Developmental testing completed on SDB II

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Developmental testing completed on SDB II

“We call SDB II a game changer because the weapon doesn’t just hit GPS coordinates; it finds and engages targets,” Mike Jarrett, Raytheon Air Warfare Systems vice president

The developmental testing of the Small Diameter Bomb II (SDB II) has been completed, Raytheon declared on Apr. 19.

Government testing is on schedule to conclude this year and Raytheon has also started work on the SDB II second production lot.

“We call SDB II a game changer because the weapon doesn’t just hit GPS coordinates; it finds and engages targets,” said Mike Jarrett, Raytheon Air Warfare Systems vice president, in the company news release. “SDB II can eliminate a wider range of targets with fewer aircraft, reducing the pilot’s time in harm’s way.”

During developmental testing, pilots dropped 44 SDB II bombs and tested them in all modes of operation. The weapon destroyed maneuvering targets in adverse weather and demonstrated third-party control through a datalink. It also chose the correct target from among decoys and, as the video in this post shows, proved compatibility with the F-15E Strike Eagle.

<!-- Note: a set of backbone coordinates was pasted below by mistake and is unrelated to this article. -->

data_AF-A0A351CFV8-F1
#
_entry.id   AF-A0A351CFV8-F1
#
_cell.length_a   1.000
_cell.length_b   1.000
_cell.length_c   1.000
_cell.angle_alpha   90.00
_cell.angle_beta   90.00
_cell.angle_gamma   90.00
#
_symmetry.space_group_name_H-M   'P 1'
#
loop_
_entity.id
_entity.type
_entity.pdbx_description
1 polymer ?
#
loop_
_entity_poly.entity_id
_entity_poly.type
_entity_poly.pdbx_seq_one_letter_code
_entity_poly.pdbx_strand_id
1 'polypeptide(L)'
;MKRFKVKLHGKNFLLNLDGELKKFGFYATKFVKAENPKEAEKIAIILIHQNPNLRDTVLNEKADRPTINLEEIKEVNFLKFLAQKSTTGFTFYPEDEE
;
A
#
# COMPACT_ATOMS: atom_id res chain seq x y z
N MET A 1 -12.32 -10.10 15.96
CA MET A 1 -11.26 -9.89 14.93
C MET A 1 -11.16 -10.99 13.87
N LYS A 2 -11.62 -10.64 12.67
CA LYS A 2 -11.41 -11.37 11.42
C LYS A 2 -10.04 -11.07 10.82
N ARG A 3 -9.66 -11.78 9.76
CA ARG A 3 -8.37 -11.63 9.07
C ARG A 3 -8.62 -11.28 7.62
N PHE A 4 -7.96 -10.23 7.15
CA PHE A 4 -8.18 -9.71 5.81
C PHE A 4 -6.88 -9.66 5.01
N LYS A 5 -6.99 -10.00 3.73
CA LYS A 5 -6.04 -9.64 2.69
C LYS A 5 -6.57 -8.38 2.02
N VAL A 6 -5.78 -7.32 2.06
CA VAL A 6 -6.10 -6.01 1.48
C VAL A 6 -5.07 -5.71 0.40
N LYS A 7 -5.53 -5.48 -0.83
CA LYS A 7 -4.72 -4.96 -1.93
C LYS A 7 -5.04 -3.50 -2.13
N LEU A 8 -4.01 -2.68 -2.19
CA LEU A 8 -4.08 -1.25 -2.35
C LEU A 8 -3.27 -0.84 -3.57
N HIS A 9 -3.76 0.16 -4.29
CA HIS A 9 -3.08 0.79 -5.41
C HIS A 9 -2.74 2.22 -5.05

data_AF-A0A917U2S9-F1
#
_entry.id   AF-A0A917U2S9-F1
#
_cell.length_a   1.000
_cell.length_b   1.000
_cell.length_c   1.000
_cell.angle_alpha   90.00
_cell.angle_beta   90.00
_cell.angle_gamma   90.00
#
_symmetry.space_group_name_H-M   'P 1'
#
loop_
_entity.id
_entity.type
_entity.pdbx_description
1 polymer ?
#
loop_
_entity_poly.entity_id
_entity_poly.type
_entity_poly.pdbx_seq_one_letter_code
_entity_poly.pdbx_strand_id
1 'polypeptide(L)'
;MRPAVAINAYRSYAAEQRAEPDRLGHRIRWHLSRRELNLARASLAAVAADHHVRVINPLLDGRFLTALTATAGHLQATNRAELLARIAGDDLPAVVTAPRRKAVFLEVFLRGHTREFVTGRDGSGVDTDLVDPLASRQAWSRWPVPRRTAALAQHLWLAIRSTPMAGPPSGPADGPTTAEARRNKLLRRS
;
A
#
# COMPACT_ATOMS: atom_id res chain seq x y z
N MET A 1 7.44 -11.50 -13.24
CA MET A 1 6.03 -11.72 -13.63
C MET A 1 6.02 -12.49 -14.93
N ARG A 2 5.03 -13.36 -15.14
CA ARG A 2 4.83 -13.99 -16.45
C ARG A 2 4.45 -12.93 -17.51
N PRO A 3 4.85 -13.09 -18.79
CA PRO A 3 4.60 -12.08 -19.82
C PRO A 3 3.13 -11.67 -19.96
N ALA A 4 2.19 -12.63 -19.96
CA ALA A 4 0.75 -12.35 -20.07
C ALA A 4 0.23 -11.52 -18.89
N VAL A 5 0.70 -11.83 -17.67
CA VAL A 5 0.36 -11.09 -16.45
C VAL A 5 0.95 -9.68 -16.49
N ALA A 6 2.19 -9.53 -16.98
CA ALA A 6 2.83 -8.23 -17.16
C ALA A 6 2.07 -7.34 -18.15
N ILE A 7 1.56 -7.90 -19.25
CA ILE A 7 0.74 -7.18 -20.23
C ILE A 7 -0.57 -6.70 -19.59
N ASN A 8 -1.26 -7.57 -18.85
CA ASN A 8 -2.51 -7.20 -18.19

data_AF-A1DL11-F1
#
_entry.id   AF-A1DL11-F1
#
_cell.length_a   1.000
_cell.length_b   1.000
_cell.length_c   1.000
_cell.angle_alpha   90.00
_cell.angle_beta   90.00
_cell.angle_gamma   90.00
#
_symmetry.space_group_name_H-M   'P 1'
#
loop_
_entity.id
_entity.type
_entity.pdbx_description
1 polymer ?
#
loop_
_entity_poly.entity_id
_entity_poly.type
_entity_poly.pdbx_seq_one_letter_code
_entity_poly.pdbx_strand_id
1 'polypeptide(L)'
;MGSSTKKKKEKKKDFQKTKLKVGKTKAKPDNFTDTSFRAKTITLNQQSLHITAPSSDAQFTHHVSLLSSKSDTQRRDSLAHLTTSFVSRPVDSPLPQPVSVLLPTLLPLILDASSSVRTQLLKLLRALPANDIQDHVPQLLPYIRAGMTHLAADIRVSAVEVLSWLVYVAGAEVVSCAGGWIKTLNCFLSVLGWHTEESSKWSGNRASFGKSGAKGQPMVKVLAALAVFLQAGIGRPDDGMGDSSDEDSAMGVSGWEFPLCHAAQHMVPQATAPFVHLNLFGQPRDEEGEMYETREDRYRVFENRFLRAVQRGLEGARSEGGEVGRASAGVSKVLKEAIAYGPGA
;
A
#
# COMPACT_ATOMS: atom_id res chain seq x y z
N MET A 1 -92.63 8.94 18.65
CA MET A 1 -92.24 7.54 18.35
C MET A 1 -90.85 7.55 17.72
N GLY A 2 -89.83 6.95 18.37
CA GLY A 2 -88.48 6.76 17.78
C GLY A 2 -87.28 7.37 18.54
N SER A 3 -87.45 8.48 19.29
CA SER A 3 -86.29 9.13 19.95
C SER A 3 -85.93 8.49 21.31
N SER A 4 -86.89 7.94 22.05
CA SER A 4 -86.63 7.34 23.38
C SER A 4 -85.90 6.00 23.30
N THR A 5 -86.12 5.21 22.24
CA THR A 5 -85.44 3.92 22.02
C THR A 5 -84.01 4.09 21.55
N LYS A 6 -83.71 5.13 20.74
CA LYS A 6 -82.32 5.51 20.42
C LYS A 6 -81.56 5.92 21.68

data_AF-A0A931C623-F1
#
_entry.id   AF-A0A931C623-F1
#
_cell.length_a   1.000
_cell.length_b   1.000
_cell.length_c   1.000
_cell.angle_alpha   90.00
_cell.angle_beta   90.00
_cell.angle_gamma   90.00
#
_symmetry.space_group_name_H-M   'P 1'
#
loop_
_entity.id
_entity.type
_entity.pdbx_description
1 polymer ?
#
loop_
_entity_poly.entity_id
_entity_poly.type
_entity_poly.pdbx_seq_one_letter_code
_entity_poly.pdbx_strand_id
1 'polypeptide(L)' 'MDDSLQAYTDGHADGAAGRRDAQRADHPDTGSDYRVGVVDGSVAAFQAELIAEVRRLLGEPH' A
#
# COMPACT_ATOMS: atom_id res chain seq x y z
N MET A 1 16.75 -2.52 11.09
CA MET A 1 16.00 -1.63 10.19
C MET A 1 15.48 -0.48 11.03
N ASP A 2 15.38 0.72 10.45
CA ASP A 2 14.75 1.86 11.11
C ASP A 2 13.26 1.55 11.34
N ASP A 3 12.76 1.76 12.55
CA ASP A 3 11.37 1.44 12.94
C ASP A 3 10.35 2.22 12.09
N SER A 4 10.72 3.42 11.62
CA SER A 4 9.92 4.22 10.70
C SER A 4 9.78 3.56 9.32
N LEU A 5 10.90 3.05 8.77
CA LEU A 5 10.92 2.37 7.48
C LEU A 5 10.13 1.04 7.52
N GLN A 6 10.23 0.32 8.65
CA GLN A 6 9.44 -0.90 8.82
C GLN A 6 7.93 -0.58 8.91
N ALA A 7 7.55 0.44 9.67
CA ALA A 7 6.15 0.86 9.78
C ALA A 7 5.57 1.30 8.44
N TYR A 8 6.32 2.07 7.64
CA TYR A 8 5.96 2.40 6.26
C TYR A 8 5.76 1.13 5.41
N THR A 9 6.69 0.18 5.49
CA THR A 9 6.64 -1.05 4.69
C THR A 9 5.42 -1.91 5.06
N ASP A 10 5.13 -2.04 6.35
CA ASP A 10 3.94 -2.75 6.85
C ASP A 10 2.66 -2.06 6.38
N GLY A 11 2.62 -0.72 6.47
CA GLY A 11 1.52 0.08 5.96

The weapon gives pilots the ability to destroy moving targets on the battlefield. Its seeker detects, classifies, tracks and destroys targets, even in adverse weather conditions from standoff ranges.

F-15E print
This print is available in multiple sizes from AircraftProfilePrints.com – CLICK HERE TO GET YOURS. F-15E Strike Eagle 366th Fighter Wing, 391st Fighter Squadron, MO/90-0249 – Mountain Home AFB, ID – 2008

The seeker works in three modes to provide maximum operational flexibility: millimeter wave radar to detect and track targets through weather, imaging infrared for enhanced target discrimination and semi-active laser that enables the weapon to track an airborne laser designator or one on the ground.

The SDB II bomb’s tri-mode seeker can also peer through battlefield dust and debris, giving the warfighter a capability that’s unaffected by conditions on the ground or in the air.

The weapon can fly more than 45 miles to strike mobile targets, reducing the amount of time that aircrews’ spend in harm’s way. Its small size enables the use of fewer aircraft to take out the same number of targets as previous, larger weapons that required multiple jets. The SDB II bomb’s size has broader implications for the warfighter and taxpayers, as it means fewer attacks with less time spent flying dangerous missions.

Early SDB II integration work has begun on the F-35 Lightning II and F/A-18E/F Super Hornet.

Artwork courtesy of AircraftProfilePrints.com

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